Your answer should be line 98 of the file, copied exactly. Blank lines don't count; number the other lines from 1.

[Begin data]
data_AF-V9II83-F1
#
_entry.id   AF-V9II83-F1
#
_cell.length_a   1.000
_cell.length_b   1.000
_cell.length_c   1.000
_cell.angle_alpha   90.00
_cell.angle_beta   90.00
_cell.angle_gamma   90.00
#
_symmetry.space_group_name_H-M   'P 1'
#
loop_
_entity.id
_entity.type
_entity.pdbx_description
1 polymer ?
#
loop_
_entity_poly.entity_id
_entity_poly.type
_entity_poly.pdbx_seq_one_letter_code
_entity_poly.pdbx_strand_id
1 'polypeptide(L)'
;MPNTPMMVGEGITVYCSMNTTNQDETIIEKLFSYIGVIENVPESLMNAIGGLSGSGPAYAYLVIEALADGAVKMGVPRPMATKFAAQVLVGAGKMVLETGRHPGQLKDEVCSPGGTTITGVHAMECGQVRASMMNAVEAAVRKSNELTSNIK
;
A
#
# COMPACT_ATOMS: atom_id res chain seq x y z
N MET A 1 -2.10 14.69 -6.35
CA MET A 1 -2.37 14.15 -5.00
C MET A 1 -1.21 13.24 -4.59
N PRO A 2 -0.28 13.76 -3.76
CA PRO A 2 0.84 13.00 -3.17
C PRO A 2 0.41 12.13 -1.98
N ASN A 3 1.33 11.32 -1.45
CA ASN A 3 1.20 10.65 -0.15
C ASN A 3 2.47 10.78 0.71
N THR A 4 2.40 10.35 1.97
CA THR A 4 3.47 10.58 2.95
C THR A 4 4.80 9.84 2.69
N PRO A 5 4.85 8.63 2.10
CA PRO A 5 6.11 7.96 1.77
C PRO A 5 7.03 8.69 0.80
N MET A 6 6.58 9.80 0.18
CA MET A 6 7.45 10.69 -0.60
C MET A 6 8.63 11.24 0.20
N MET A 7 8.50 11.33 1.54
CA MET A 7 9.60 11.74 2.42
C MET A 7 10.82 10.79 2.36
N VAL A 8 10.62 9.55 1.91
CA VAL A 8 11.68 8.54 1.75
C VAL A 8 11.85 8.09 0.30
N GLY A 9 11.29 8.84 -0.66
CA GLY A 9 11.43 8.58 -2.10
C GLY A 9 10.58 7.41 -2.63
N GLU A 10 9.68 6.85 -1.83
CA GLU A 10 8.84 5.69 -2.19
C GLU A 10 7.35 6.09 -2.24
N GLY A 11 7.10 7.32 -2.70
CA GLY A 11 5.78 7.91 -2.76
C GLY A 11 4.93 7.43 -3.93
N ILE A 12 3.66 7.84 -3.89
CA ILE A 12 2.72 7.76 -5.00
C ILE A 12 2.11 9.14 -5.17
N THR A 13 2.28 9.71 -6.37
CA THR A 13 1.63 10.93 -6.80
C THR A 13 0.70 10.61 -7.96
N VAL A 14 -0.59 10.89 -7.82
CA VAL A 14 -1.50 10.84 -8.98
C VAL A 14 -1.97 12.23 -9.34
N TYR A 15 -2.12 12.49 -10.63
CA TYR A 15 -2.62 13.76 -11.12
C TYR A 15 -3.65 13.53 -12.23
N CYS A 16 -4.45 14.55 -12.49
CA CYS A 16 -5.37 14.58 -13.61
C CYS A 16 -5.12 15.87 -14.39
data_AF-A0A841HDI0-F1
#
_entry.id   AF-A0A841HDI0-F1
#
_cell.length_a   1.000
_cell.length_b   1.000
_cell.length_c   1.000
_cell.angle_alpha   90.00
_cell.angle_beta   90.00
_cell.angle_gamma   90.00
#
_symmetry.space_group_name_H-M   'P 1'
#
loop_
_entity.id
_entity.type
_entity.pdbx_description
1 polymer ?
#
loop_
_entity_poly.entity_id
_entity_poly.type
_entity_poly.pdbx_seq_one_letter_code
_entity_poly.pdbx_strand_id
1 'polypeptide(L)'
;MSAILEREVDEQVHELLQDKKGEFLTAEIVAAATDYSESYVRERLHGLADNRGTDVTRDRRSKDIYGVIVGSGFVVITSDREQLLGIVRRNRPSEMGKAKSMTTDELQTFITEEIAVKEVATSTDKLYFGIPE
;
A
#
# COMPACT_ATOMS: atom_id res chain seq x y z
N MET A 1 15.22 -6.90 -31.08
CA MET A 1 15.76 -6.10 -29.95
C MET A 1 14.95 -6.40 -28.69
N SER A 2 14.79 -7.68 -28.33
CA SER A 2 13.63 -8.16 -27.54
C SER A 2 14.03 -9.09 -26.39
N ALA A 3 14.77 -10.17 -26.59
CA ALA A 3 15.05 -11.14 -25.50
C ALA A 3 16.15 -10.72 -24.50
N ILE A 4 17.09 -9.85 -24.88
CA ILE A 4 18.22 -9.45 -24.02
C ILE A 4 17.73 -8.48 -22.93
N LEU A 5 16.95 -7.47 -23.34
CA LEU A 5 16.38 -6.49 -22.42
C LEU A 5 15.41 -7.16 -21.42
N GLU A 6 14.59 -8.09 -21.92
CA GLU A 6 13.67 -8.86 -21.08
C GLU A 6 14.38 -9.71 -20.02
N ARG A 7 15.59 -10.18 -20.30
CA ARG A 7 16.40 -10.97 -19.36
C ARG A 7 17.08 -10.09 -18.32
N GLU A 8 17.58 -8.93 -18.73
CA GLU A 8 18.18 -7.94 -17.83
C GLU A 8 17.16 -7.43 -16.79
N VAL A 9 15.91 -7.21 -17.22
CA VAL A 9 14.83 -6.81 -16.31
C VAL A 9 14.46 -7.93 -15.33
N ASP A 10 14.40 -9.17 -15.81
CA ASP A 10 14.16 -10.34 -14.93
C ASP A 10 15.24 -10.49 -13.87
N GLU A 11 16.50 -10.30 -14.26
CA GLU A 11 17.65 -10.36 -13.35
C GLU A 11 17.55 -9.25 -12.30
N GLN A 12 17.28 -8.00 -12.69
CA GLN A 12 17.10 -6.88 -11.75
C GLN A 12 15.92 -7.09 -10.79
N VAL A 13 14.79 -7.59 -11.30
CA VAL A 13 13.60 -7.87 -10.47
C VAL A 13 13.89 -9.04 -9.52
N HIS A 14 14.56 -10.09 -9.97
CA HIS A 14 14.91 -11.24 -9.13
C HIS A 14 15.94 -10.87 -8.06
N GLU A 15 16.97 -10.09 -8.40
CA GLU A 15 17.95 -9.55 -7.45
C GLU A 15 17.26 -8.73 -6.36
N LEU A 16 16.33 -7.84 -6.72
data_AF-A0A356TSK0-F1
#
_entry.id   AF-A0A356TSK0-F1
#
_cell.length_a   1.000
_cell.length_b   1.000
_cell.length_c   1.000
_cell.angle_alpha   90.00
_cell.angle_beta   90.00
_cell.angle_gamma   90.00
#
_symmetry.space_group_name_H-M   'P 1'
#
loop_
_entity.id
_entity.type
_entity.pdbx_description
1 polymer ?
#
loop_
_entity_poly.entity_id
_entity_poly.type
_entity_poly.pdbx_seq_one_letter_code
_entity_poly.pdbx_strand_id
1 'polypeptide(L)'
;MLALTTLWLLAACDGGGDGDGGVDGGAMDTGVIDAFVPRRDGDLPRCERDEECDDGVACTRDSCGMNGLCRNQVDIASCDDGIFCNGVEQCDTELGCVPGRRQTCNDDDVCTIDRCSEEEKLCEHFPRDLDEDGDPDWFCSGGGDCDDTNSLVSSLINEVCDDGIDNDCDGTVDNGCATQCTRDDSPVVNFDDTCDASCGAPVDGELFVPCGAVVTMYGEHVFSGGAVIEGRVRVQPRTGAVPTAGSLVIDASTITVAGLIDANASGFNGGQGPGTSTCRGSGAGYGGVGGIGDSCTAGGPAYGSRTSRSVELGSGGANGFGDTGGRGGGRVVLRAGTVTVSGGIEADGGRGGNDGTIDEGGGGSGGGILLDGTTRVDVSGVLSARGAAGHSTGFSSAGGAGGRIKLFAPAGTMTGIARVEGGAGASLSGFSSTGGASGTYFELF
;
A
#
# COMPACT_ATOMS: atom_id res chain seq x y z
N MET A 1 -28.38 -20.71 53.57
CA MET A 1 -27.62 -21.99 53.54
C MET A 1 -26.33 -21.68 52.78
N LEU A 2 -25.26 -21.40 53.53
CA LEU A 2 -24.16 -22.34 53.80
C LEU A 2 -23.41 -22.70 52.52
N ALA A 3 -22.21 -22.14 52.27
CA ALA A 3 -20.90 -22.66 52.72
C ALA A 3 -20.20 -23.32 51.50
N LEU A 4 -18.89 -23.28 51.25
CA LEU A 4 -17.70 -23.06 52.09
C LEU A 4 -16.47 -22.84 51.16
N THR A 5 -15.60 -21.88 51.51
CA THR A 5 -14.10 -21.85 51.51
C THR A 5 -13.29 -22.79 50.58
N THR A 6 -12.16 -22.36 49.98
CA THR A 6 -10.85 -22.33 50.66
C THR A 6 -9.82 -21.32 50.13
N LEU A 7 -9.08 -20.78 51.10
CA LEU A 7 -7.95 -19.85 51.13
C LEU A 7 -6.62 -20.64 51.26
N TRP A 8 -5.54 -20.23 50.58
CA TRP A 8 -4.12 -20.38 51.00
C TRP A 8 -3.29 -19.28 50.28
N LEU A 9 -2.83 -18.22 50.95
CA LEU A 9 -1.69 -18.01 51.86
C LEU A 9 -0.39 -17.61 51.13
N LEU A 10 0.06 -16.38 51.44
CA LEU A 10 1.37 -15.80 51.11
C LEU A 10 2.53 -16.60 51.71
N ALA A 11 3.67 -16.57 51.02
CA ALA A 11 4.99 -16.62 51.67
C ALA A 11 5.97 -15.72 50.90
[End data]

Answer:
loop_